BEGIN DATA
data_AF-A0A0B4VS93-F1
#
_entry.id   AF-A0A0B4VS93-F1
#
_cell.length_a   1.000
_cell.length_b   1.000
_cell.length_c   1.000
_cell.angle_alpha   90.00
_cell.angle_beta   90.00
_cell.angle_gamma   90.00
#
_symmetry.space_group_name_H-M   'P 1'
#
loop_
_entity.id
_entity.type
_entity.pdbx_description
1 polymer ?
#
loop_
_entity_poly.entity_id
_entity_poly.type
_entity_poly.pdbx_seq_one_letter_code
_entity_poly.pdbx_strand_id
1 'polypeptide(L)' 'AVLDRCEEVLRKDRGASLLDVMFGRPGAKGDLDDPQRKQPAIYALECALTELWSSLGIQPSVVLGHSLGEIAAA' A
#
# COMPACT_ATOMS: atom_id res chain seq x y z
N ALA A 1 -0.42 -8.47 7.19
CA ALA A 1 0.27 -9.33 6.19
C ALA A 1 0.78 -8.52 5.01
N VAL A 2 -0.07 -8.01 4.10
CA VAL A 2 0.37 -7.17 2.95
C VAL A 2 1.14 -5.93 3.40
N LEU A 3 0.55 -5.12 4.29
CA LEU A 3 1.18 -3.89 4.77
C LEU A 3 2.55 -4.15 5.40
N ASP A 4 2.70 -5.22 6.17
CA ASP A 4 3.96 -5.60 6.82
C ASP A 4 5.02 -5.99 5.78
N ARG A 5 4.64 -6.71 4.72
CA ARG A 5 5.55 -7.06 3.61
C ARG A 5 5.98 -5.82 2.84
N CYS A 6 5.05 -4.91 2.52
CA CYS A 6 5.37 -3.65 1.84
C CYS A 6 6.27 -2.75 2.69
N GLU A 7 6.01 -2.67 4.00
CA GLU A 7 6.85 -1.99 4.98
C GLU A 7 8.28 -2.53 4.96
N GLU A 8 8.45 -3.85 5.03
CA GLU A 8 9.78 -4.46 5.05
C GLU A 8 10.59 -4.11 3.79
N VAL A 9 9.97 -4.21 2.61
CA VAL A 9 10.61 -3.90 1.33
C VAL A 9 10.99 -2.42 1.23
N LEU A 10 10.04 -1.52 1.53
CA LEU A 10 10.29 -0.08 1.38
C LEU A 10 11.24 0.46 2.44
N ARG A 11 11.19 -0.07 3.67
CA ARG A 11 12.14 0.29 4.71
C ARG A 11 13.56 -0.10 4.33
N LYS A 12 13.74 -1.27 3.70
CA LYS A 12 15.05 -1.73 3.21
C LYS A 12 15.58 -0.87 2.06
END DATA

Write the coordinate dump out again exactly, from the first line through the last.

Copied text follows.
data_AF-A0A0B4VS93-F1
#
_entry.id   AF-A0A0B4VS93-F1
#
_cell.length_a   1.000
_cell.length_b   1.000
_cell.length_c   1.000
_cell.angle_alpha   90.00
_cell.angle_beta   90.00
_cell.angle_gamma   90.00
#
_symmetry.space_group_name_H-M   'P 1'
#
loop_
_entity.id
_entity.type
_entity.pdbx_description
1 polymer ?
#
loop_
_entity_poly.entity_id
_entity_poly.type
_entity_poly.pdbx_seq_one_letter_code
_entity_poly.pdbx_strand_id
1 'polypeptide(L)' 'AVLDRCEEVLRKDRGASLLDVMFGRPGAKGDLDDPQRKQPAIYALECALTELWSSLGIQPSVVLGHSLGEIAAA' A
#
# COMPACT_ATOMS: atom_id res chain seq x y z
N ALA A 1 -0.42 -8.47 7.19
CA ALA A 1 0.27 -9.33 6.19
C ALA A 1 0.78 -8.52 5.01
N VAL A 2 -0.07 -8.01 4.10
CA VAL A 2 0.37 -7.17 2.95
C VAL A 2 1.14 -5.93 3.40
N LEU A 3 0.55 -5.12 4.29
CA LEU A 3 1.18 -3.89 4.77
C LEU A 3 2.55 -4.15 5.40
N ASP A 4 2.70 -5.22 6.17
CA ASP A 4 3.96 -5.60 6.82
C ASP A 4 5.02 -5.99 5.78
N ARG A 5 4.64 -6.71 4.72
CA ARG A 5 5.55 -7.06 3.61
C ARG A 5 5.98 -5.82 2.84
N CYS A 6 5.05 -4.91 2.52
CA CYS A 6 5.37 -3.65 1.84
C CYS A 6 6.27 -2.75 2.69
N GLU A 7 6.01 -2.67 4.00
CA GLU A 7 6.85 -1.99 4.98
C GLU A 7 8.28 -2.53 4.96
N GLU A 8 8.45 -3.85 5.03
CA GLU A 8 9.78 -4.46 5.05
C GLU A 8 10.59 -4.11 3.79
N VAL A 9 9.97 -4.21 2.61
CA VAL A 9 10.61 -3.90 1.33
C VAL A 9 10.99 -2.42 1.23
N LEU A 10 10.04 -1.52 1.53
CA LEU A 10 10.29 -0.08 1.38
C LEU A 10 11.24 0.46 2.44
N ARG A 11 11.19 -0.07 3.67
CA ARG A 11 12.14 0.29 4.71
C ARG A 11 13.56 -0.10 4.33
N LYS A 12 13.74 -1.27 3.70
CA LYS A 12 15.05 -1.73 3.21
C LYS A 12 15.58 -0.87 2.06